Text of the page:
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insincere, especially conventional expressions of enthusiasm for high ideals, goodness, or piety.
the private language of the underworld.
the phraseology peculiar to a particular class, party, profession, etc.:
the cant of the fashion industry.
whining or singsong speech, especially of beggars.
to talk hypocritically.
to speak in the whining or singsong tone of a beggar; beg.
a salient angle.
a sudden movement that tilts or overturns a thing.
a slanting or tilted position.
an oblique line or surface, as one formed by cutting off the corner of a square of cube.
an oblique or slanting face of anything.
Civil Engineering, bank1 (def 6).
a sudden pitch or toss.
Also called flitch. a partly trimmed log.
oblique or slanting.
to bevel; form an oblique surface upon.
to put in an oblique position; tilt; tip.
to throw with a sudden jerk.
to take or have an inclined position; tilt; turn.
Historical Examples

Merchantmen-at-Arms David W. Bone
Punchinello, Vol. 1, No. 6, May 7, 1870 Various
Modern Machine-Shop Practice, Volumes I and II Joshua Rose
Plum Pudding Christopher Morley
The Nuttall Encyclopaedia Edited by Rev. James Wood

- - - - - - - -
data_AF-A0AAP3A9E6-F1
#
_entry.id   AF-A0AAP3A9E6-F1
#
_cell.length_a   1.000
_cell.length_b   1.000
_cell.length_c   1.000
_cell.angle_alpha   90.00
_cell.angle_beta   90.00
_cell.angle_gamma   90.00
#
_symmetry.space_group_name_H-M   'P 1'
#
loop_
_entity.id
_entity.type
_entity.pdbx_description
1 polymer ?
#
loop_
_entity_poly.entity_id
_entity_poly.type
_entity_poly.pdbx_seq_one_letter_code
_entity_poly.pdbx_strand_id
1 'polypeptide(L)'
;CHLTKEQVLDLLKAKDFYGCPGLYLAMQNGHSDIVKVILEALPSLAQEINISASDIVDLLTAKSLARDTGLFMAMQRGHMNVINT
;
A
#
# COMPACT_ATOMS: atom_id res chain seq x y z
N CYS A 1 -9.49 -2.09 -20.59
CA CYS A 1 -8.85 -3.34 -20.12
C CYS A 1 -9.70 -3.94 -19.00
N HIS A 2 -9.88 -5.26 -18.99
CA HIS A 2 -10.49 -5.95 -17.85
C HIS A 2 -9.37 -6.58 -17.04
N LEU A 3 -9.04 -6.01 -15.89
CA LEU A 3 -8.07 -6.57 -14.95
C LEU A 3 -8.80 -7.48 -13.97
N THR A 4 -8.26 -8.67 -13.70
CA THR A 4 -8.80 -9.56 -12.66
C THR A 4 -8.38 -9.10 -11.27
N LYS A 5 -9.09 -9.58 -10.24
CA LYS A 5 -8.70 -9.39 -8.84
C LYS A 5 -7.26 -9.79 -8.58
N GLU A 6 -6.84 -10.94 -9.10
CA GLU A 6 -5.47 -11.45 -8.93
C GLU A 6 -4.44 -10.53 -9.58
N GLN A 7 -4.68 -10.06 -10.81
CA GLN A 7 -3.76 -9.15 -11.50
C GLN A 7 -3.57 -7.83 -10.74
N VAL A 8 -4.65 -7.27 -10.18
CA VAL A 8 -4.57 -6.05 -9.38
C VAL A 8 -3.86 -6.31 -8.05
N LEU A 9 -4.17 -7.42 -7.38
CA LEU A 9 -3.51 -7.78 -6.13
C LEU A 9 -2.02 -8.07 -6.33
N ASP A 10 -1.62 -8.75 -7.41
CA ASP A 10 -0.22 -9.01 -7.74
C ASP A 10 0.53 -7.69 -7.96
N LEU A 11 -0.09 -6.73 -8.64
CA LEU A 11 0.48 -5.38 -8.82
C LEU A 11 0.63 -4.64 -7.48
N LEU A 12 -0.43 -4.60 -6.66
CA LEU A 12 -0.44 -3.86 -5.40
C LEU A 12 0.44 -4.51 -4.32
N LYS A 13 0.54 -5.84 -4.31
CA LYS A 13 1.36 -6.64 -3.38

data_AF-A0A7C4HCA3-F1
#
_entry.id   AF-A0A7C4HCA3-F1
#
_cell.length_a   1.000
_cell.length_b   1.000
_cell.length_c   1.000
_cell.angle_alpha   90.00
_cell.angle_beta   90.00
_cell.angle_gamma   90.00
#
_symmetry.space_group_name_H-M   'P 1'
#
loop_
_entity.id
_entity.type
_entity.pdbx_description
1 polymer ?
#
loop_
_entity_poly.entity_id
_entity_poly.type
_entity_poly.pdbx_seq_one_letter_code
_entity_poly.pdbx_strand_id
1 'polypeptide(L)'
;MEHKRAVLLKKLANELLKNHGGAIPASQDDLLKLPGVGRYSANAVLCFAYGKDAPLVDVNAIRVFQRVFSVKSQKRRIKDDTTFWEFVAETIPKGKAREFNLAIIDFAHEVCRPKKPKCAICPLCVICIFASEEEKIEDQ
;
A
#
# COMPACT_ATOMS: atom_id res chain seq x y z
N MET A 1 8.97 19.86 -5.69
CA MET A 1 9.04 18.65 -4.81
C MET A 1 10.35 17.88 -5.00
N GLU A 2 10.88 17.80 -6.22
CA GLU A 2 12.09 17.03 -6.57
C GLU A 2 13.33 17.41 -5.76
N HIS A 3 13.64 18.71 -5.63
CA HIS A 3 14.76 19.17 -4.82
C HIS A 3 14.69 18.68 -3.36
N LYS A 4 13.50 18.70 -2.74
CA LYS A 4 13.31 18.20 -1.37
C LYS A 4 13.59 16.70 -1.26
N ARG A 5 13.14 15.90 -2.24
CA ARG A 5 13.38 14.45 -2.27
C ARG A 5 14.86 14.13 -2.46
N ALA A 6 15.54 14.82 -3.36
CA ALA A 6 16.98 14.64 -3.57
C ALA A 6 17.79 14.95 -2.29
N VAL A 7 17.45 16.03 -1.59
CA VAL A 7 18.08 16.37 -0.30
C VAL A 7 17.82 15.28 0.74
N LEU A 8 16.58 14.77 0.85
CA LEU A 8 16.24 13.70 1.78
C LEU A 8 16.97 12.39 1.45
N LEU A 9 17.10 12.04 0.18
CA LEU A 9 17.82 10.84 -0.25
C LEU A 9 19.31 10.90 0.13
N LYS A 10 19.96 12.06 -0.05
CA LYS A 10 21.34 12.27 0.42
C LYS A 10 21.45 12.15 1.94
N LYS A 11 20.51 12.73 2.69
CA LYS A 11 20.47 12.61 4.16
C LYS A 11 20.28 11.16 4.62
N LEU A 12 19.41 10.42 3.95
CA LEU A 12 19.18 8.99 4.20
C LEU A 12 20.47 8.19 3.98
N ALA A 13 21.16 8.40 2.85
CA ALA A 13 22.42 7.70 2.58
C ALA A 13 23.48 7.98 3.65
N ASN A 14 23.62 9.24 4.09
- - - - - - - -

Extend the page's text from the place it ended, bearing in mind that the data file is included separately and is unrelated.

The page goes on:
Modern Machine-Shop Practice, Volumes I and II Joshua Rose
The Depot Master Joseph C. Lincoln

insincere talk, esp concerning religion or morals; pious platitudes
stock phrases that have become meaningless through repetition
specialized vocabulary of a particular group, such as thieves, journalists, or lawyers; jargon
singsong whining speech, as used by beggars
(intransitive) to speak in or use cant
inclination from a vertical or horizontal plane; slope; slant
a sudden movement that tilts or turns something
the angle or tilt thus caused
a corner or outer angle, esp of a building
an oblique or slanting surface, edge, or line
verb (transitive)
to tip, tilt, or overturn, esp with a sudden jerk
to set in an oblique position
another word for bevel (sense 1)
oblique; slanting
having flat surfaces and without curves
(Scot & Northern English, dialect) lusty; merry; hearty

… Slang is universal, whilst Cant is restricted in usage to certain classes of the community: thieves, vagrom men, and — well, their associates. … Slang boasts a quasi-respectability denied to Cant, though Cant is frequently more enduring, its use continuing without variation of meaning for many generations. [John S. Farmer, Forewords to “Musa Pedestris,” 1896]


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